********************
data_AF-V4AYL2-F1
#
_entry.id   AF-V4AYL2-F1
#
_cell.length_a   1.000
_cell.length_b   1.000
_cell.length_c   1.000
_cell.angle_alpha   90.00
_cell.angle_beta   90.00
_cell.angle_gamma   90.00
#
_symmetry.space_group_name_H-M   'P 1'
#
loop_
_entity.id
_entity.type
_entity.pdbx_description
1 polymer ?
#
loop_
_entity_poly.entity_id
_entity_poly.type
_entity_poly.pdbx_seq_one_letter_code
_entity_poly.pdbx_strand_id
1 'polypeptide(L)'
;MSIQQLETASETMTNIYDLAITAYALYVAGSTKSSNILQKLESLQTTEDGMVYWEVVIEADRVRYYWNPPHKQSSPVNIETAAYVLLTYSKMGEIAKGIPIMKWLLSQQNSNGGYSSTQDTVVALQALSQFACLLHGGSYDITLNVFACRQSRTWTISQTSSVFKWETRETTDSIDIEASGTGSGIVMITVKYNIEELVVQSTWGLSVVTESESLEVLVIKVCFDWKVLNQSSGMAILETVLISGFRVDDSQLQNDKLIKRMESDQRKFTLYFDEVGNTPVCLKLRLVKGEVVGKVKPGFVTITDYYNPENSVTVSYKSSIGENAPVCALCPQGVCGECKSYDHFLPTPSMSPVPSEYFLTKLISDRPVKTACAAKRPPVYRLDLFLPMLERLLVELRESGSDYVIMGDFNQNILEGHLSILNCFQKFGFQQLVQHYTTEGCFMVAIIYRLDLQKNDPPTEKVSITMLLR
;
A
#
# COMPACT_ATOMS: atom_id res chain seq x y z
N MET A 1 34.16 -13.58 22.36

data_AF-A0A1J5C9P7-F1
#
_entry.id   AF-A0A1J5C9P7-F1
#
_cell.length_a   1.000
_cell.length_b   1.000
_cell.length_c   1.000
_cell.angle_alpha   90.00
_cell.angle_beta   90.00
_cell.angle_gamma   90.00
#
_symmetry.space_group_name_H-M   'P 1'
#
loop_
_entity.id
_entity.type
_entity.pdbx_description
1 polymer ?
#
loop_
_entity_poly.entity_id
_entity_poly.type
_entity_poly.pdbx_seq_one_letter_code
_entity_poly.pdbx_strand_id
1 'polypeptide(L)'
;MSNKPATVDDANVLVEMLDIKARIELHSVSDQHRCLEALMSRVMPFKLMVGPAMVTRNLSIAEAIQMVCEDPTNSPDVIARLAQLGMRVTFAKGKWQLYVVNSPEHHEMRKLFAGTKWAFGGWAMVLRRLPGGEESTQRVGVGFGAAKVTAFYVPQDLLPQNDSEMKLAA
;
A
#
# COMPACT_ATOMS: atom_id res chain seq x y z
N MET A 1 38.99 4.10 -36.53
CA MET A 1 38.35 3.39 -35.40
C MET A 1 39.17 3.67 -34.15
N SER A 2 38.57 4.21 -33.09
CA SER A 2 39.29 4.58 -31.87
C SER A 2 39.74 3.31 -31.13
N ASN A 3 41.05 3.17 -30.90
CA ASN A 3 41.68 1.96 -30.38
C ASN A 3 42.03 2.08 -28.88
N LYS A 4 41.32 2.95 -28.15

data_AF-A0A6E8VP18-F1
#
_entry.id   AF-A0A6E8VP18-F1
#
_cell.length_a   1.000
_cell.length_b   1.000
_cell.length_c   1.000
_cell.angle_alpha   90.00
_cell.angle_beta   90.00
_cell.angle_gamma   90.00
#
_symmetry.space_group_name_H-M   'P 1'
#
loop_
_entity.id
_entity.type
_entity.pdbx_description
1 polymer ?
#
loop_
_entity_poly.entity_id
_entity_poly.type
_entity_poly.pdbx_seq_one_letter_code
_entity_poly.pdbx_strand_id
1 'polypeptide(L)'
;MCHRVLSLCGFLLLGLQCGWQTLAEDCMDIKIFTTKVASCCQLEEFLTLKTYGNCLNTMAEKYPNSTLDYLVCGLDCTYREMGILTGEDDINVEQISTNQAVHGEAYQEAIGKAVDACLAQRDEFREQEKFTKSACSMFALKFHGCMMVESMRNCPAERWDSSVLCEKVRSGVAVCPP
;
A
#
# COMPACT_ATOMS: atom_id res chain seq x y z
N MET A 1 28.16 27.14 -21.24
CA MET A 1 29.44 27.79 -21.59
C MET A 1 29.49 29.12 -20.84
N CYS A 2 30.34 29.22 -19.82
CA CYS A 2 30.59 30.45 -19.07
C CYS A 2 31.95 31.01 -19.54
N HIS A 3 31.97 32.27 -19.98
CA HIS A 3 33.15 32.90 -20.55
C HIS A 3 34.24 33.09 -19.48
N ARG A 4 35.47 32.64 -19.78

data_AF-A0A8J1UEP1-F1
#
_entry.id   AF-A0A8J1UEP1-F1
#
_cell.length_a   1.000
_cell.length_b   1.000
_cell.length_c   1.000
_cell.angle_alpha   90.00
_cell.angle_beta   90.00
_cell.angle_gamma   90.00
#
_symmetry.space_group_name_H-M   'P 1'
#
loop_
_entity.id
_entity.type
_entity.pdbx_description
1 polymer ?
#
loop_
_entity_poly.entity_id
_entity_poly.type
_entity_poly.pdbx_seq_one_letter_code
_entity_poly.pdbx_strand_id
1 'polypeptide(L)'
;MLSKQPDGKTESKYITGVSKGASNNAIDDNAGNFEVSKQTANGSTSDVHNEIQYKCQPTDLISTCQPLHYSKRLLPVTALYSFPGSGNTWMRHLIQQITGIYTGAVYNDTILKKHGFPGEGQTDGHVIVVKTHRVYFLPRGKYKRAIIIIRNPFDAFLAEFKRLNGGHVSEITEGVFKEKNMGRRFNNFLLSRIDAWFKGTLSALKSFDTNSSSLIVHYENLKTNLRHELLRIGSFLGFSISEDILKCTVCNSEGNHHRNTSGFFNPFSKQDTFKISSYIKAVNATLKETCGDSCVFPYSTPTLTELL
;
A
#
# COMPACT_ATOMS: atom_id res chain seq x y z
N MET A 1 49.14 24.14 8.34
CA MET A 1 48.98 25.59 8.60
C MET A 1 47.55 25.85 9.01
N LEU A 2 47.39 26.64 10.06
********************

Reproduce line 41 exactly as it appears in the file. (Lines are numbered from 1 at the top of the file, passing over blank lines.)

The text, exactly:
_cell.angle_gamma   90.00